Ten Years Gone 

A Timeline of Important Events

A Timeline of Important Events

Jul. 4, 1996 Vic Scoggin emerges from the Cumberland River in Smithland, Ky., becoming the first person to swim the river’s 696-mile length. The feat takes 10 weeks.

Jul. 26, 1996 Publisher Albie Del Favero and editor Bruce Dobie become the sole owners of the Nashville Scene for a reported $2.5 million. As usual, staffers learn the price when they read it in Henry Walker’s column.

August 1996 Janet Levine March, a successful artist and mother of two, disappears from her Nashville home. The disappearance initially goes unreported by her husband, attorney Perry March.

Aug. 8, 1996 In a scathing review that polarizes the city, Kay West describes her bad food and worse service during two trips to Mario’s.

Sept. 9, 1996 The great Bill Monroe, the Father of Bluegrass, dies five days short of his 85th birthday.

Nov. 2, 1996 Controversial former governor Ray Blanton dies of complications from liver disease.

Nov. 5, 1996 Bill Boner returns to public office, defeating GOP challenger Roy Dale in the 52nd House District. In another hotly contested race, state Sen. Joe Haynes wins a reelection bid over Metro Council member Vic Varallo.

Dec. 15, 1996 More than 26,000 curious taxpayers visit a weekend-long open house for the completed Nashville Arena. Days later, the arena’s inaugural event, Amy Grant’s “Tennessee Christmas” celebration, brings in another 13,000. The verdict: Cool!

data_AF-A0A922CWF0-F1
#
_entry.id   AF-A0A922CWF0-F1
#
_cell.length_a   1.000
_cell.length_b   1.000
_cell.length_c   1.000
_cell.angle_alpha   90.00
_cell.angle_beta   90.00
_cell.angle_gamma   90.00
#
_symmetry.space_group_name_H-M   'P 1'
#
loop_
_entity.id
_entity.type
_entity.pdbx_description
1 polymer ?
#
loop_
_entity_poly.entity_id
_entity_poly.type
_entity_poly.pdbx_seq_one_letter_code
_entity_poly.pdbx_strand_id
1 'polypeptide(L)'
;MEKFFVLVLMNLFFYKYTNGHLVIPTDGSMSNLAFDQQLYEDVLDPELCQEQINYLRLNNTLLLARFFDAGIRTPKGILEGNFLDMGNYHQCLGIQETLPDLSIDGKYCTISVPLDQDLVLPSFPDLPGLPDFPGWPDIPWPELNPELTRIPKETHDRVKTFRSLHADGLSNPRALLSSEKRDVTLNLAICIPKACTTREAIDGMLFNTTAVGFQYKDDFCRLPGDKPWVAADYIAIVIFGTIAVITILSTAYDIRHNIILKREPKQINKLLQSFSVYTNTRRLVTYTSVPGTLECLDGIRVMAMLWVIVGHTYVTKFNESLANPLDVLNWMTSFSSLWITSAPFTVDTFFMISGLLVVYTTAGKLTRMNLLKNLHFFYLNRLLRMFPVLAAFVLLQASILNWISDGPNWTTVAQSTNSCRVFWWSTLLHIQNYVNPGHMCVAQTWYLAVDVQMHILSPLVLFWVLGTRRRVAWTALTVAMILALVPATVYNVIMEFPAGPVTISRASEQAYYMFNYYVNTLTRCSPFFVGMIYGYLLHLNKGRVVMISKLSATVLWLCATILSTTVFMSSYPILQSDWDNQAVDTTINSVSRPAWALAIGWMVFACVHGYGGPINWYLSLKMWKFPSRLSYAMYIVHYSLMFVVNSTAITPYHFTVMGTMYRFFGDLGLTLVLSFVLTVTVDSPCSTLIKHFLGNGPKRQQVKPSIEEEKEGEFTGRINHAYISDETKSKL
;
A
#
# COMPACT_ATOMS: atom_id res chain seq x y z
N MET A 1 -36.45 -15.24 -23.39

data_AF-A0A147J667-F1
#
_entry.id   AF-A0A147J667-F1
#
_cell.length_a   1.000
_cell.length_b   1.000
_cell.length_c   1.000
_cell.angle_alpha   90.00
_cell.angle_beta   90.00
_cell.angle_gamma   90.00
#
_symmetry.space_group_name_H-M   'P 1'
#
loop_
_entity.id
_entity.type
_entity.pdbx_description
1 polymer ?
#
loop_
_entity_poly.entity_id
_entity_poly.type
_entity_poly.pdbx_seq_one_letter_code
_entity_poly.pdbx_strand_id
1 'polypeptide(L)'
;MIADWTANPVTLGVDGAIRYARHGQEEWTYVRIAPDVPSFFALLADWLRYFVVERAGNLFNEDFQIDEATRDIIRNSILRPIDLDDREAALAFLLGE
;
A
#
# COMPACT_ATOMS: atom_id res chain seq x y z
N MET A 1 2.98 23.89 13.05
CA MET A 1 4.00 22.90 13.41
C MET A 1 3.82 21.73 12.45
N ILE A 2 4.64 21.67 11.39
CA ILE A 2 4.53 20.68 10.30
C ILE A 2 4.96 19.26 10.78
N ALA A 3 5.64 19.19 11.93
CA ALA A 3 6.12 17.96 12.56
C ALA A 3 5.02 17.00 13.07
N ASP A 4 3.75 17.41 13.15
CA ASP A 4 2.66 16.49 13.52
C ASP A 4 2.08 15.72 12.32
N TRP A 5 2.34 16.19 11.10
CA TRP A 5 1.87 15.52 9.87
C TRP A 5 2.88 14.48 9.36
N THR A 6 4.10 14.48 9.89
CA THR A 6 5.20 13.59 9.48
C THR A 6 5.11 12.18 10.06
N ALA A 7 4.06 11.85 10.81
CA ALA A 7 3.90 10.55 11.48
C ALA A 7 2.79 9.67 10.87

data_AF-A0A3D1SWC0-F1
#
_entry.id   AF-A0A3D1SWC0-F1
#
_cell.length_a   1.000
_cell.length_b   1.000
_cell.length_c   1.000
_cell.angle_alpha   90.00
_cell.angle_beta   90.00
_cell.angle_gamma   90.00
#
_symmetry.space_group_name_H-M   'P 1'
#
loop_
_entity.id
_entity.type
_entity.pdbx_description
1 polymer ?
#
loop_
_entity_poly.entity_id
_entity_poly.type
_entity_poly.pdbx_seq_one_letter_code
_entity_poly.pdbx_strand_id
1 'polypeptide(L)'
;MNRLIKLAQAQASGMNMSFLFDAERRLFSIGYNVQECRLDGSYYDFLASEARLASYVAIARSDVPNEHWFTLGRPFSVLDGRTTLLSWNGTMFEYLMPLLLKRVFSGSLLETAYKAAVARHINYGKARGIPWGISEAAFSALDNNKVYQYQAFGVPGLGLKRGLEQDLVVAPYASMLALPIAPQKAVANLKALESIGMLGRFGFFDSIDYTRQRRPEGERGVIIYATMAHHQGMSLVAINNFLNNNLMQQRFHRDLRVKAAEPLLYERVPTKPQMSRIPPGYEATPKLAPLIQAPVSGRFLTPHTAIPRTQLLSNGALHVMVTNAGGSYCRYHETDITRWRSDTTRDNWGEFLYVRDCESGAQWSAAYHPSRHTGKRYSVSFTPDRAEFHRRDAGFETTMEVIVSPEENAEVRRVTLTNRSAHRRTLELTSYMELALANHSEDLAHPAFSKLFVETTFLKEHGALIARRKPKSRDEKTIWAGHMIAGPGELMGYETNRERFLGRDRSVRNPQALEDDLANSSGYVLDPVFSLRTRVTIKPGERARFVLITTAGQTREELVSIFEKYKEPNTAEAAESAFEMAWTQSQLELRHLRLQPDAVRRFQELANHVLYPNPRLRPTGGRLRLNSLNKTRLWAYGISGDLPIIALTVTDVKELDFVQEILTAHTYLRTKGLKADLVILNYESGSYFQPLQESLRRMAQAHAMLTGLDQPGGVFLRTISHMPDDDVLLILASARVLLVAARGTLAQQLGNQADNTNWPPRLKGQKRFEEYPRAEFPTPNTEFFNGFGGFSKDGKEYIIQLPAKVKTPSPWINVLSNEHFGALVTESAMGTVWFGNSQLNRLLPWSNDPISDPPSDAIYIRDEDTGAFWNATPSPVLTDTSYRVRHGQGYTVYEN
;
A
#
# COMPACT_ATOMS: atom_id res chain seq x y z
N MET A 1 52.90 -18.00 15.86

January 1997 SoundScan numbers reveal a 12-percent drop in country sales from the previous year.

Jan. 1, 1997 Singer/songwriter Townes Van Zandt dies at age 52.

Jan. 10, 1997 The Scene stages the SoBro Charrette at the First Amendment Center. The result? A promising urban-design plan for the area south of Broadway.

Jan. 16, 1997 The Scene publishes the first installment of Willy Stern’s two-part investigation into the disappearance of Janet March. It becomes the most explosive piece in the Scene’s history—at least until the summer.

February 1997 Larry Schmittou sells the Nashville Sounds minor-league baseball team to a group of Illinois buyers.

Feb. 16, 1997 Workers Steve Hampton and Sarah Jackson are found shot to death at the Captain D’s on Lebanon Road.

Feb. 21, 1997 In a Gallatin News Examiner article, reporter Nick DeLeonibus characterizes a Gallatin High soccer player in colorful terms involving the genitals of a donkey. The description was, of course, a practical joke that failed to be caught before the paper went to press.

Feb. 25, 1997 Legendary WLAC deejay Bill “Hoss” Allen passes away at St. Thomas Hospital.

Mar. 23, 1997 Three employees are murdered during a robbery at the McDonald’s in Hermitage.

Apr. 3, 1997 The Scene publishes its biggest issue to date, the annual “Best of Nashville” issue, which comes in at 128 pages.